By Dr. Mark LeChevallier – October 2, 2015 – 2 Comments

You may have read this headline and thought, “Okay, Dr. Water, good job on stating the obvious.” Sure, if asked, most people will say yes, water is essential. But what is obvious when prompted isn’t always top of mind or even thought about at all – and that can lead to problems.

The Value of Water Coalition’s Imagine A Day Without Water campaign – running from October 6-8 – takes a great approach that, at its core, reminds people to think about how water is needed every single day. The whole campaign is based on that seemingly simple, but so very powerful, message: water is essential to our livelihood.

From here, the campaign is creating a virtual army to bring this and other key messages to their communities, while getting people to think even more deeply beyond the “obvious” to better understand 1) what the threat to water is, 2) how this threat can be lessened, and 3) what can be accomplished by working together.

I use the army analogy because this exactly what Imagine A Day Without Water is doing in communities across the country; it’s “recruiting” volunteers then arming them with knowledge and tool kits so they can engage people around them, educate more people and “build the army” fighting the national water crisis.

As complex a topic we know water conservation, quality and preservation can be – this campaign boils it down to bite-size facts people can think about without getting overwhelmed, as well as ones they can relate to in their lives every day. Some great examples include:

  • Water systems work around the clock, and many are over 100 years old – some cities have wooden systems dating back to the Civil War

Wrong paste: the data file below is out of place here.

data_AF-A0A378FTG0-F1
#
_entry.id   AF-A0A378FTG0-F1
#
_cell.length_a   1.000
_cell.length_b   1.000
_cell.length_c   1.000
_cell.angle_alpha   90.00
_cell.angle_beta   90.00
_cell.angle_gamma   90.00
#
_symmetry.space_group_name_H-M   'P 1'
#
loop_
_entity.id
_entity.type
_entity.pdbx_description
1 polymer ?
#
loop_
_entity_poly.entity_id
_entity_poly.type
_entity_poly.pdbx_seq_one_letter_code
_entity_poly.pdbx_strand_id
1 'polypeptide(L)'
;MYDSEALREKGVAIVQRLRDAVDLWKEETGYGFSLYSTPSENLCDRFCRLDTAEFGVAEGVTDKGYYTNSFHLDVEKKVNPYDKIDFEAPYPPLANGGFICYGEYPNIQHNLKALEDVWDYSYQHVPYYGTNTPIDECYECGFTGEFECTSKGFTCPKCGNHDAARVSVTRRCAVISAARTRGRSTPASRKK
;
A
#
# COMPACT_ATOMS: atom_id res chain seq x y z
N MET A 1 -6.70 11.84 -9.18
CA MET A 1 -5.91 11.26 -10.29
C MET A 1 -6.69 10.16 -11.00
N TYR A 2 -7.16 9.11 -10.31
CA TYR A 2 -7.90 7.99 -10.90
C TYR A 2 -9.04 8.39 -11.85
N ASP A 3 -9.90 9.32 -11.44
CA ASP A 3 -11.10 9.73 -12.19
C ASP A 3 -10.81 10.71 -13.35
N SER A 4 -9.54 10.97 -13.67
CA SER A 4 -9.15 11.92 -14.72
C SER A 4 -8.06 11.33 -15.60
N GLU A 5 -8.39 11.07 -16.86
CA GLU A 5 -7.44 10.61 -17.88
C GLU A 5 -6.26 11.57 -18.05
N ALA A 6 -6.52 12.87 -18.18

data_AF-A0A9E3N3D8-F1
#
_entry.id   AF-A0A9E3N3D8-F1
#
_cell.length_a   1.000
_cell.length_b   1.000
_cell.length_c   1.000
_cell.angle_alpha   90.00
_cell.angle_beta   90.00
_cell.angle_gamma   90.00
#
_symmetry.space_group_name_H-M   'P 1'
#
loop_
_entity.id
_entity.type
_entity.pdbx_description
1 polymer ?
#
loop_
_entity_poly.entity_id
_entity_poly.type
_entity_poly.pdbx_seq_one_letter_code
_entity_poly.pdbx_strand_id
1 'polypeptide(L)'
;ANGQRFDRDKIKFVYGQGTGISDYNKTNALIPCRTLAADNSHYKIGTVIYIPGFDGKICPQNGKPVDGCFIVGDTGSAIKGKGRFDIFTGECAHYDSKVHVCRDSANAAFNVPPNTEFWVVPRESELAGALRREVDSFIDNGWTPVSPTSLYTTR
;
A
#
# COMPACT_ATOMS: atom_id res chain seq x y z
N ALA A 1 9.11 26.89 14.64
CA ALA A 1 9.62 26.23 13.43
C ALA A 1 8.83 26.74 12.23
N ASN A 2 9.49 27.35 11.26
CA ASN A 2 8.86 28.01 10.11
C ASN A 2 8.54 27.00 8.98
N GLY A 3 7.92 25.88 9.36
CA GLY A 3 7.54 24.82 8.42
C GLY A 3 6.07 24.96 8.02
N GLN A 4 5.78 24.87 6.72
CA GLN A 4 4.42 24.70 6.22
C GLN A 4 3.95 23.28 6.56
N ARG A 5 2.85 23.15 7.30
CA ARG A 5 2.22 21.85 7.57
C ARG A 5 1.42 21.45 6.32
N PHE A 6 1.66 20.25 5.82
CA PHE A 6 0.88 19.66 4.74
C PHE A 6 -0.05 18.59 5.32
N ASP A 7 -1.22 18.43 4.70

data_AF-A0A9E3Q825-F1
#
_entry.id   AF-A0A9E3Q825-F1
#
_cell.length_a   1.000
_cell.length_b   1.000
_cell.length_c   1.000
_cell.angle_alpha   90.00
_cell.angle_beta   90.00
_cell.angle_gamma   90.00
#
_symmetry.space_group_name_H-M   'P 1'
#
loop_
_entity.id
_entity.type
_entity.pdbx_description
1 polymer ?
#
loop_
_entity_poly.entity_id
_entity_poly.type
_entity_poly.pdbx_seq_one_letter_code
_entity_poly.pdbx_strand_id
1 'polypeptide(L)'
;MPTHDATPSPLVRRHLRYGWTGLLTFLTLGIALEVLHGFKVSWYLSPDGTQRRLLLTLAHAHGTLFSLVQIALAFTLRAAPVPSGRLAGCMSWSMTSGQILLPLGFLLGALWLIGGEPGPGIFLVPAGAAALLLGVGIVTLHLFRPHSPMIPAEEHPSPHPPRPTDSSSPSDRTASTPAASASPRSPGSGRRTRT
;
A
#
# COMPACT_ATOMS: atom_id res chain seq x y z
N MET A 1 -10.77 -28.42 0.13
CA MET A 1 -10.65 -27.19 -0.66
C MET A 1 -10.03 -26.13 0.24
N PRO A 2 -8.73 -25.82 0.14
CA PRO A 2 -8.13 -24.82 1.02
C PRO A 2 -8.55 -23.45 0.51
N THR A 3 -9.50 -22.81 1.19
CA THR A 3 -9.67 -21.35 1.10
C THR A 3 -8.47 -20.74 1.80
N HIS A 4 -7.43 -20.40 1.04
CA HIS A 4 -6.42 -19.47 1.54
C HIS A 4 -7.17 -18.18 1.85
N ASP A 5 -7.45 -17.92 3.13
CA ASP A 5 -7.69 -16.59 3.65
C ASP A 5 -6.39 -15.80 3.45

• There are 700 water mains break every day in the U.S.
  • 43% of the U.S. is experiencing drought conditions
  • The average U.S. family spends twice as much on their cable bill as they do their water bill

Armed with this knowledge, Imagine A Day Without Water then asks participants get involved “where they live and work,” in a way that fits for them. The “tool kit” offers eleven ways to get involved that range from writing an op-ed and sharing pre-created social media graphics, to leading dialogues and advocacy campaigns that promote investments in water infrastructures.

American Water is proud to be part of the Imagine A Day Without Water “army” as a participating organization. It’s energizing to see how groups around the country and transforming the obvious into a truly powerful movement for the future. Here’s a look at just a few things happening around American Water alone: 

  • Illinois American Water is sponsoring an elementary school art contest encouraging students to draw a picture and write a sentence on what a day without water would mean to them.
  • Tennessee American Water is partnering with the Tennessee Aquarium to hold educational events throughout the week on the importance of water for aquarium visitors.
  • New Jersey American Water is hosting a number of activities in local schools to commemorate the event, including a school tour of a local water treatment plant, a series of memes developed by a school graphic design class to be used on social media channels, and a live demonstration (with backhoe!) of what goes into maintaining a water system.

So, what do you think would affect you the most in a day without water? Me personally? Bad breath, body odor and no flushing toilets – just a few smelly results of a day without water. I could probably get by with a day without water, but I wouldn’t want others around me to not have water…unless I had a severe head cold!


  • Mandeep Gupta says:

    Wonder full campaigning idea and making new generation well aware of the necessity of WATER. It may definitely improve the thoughts of students about water and improve the functioning/ operation of water treatment system. Non functioning/ faulty system may raise many questions from students. Managing water for large communities. Thinking without water makes horrible. Really powerful, message: water is essential to our livelihood.

  • Ann Alfano says:

    Dr. Water, thanks for a great article! I drink about a half gallon of tap water every day. There’s just no substitute for such a refreshing and inexpensive (about a penny per gallon) beverage. I could probably chew gum for the bad breath, spray on some cologne, and use the woods for the toilet (barring any poison ivy) … but I would have a hard time giving up my beverage of choice – tap water.